I don’t get these folks who like to donate their extra kidneys to perfect strangers. Clearly, there is some kind of really major issue there. (“I had an unborn twin that didn’t make it, because I was hogging all the kidneys…..”)
There was a story in a recent Parade magazine about organ donation. The cover image and words turned out to be tremendously misleading, and I grew incensed as I read the actual article.
The picture on the magazine cover is one of a beautiful middle-aged woman, surrounded by four older people that are kind of hugging her. She is beaming. A caption nearby says something vague about how this woman’s son had something to do with this group of (also-beaming) organ recipients, which they called a “chain of life”. I assumed the woman’s young son had died, had plenty of healthy organs to go around, and that’s why these four older people were able to attend this meaningful photo shoot.
But once you open the magazine and start to read the article, you are reminded again to never assume. (Because, as Tony Randall famously taught us, “it makes an ‘ass’ out of ‘u’ and ‘me’”.) (And I hope “u” realize that this held true long before txting!)
You thought you only needed to take that “never assume” approach when reading headlines of tabloid magazines next to the grocery store check-out line, right? No, folks. You need to do that now when reading anything. Even when listening to story teasers on news channels. And of course, whenever watching the weather, but you already knew that.
As it turns out (and I truly feel bad for this woman and her family), the son died in a horrible car accident. Due to massive infection, his organs could not be donated. But it’s what he would have wanted, so, in the son’s memory, the mother donated a kidney to a stranger. The spouse of that stranger was then inspired to donate a body part to another stranger, and so the wonderful chain of life begins.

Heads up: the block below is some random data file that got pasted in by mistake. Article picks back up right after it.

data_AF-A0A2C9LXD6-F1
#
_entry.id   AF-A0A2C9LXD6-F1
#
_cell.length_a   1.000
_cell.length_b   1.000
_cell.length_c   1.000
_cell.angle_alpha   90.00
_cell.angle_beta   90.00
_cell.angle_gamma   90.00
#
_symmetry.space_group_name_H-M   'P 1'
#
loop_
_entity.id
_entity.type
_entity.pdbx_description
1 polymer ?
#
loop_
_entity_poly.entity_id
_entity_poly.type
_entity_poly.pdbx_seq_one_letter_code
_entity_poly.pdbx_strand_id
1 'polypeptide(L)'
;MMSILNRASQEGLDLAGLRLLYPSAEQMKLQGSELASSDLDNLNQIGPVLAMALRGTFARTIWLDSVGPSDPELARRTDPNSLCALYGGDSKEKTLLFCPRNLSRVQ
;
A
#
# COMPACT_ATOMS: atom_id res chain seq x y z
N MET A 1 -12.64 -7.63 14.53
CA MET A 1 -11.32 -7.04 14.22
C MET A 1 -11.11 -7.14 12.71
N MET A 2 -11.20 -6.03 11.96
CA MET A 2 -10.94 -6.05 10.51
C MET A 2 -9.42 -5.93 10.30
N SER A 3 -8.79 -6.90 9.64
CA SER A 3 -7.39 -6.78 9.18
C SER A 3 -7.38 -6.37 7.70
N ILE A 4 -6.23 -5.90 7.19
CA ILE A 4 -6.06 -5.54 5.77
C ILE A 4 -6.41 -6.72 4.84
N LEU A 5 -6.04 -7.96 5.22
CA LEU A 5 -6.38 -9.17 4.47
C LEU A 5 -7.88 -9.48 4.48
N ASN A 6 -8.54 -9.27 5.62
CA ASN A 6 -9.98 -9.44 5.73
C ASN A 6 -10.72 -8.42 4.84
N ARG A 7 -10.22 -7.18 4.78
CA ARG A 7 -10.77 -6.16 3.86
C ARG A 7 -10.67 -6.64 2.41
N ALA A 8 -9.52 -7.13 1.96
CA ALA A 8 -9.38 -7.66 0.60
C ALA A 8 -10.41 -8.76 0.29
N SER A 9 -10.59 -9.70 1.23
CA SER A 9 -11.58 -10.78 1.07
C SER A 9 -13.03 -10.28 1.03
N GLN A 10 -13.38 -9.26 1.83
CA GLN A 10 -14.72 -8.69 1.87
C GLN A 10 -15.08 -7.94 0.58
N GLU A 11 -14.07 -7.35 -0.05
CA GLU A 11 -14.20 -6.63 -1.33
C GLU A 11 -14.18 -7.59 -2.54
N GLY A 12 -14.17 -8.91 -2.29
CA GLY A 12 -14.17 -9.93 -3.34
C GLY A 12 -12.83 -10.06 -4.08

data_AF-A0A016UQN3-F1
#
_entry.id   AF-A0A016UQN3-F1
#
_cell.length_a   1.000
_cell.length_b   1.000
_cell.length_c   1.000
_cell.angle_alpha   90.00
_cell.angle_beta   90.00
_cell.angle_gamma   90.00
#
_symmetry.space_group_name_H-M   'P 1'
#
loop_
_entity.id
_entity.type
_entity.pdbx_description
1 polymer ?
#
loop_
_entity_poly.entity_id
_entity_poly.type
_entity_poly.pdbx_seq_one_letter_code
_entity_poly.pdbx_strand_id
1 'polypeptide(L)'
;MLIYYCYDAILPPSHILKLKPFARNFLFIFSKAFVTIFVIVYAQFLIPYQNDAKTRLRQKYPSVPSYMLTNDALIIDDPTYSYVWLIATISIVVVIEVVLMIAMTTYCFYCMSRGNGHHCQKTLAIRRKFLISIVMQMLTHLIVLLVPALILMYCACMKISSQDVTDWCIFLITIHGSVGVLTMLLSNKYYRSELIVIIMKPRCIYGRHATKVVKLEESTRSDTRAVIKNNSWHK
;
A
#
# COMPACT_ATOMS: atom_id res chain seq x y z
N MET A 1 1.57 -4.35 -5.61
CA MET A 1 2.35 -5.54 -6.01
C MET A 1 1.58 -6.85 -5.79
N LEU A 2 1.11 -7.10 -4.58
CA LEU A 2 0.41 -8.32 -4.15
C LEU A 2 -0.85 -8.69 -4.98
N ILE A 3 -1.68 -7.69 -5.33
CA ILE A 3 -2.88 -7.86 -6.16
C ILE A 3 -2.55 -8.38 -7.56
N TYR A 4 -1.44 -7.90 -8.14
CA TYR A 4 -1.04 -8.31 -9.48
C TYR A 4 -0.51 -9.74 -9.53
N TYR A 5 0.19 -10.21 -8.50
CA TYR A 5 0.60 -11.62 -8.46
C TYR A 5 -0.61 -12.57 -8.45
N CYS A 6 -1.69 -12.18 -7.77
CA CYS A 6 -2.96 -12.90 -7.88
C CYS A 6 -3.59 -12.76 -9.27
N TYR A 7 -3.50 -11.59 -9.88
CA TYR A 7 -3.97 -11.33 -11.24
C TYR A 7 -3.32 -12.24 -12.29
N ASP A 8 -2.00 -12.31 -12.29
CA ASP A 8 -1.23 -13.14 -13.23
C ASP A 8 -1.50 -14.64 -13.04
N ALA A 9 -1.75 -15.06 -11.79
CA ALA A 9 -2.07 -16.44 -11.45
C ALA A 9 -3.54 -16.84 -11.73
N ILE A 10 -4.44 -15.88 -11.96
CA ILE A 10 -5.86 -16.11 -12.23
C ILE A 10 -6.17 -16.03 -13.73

Don’t get me wrong….I think random altruism is great. But donating a kidney to a stranger means you have issues. Especially if you are a parent, or a caretaker, or basically if you’ve got anyone in the world that gives a sh!t about you. If you donate an organ to someone, and then later find you could have used it, it impacts your ability to take care of those to whom you have responsibility. What if your organ’s new host later died in a senseless car crash, with your extra kidney on board? You’d really be bummed. I told my husband I’d kill him if he donated a kidney to a stranger. The cynical among you ask, “Well, with the life insurance, wouldn’t it be worth it?” Nope. It’s difficult to enjoy insurance proceeds while in prison.
In conclusion: the biggest donation you can give to anyone is your time. It’s true; there won’t be quite the same fanfare as when they drop your extra liver-lobes into a stryofoam cooler in the ER. And, most likely, the food won’t be as good as it is at a Parade magazine photo shoot. But you’ll have the best reward of all: the knowledge that your time and attention made a person who needed it feel good. And you cannot put a price on that. Short of organ donation, it’s the best way to give someone a nice, warm, fuzzy feeling inside.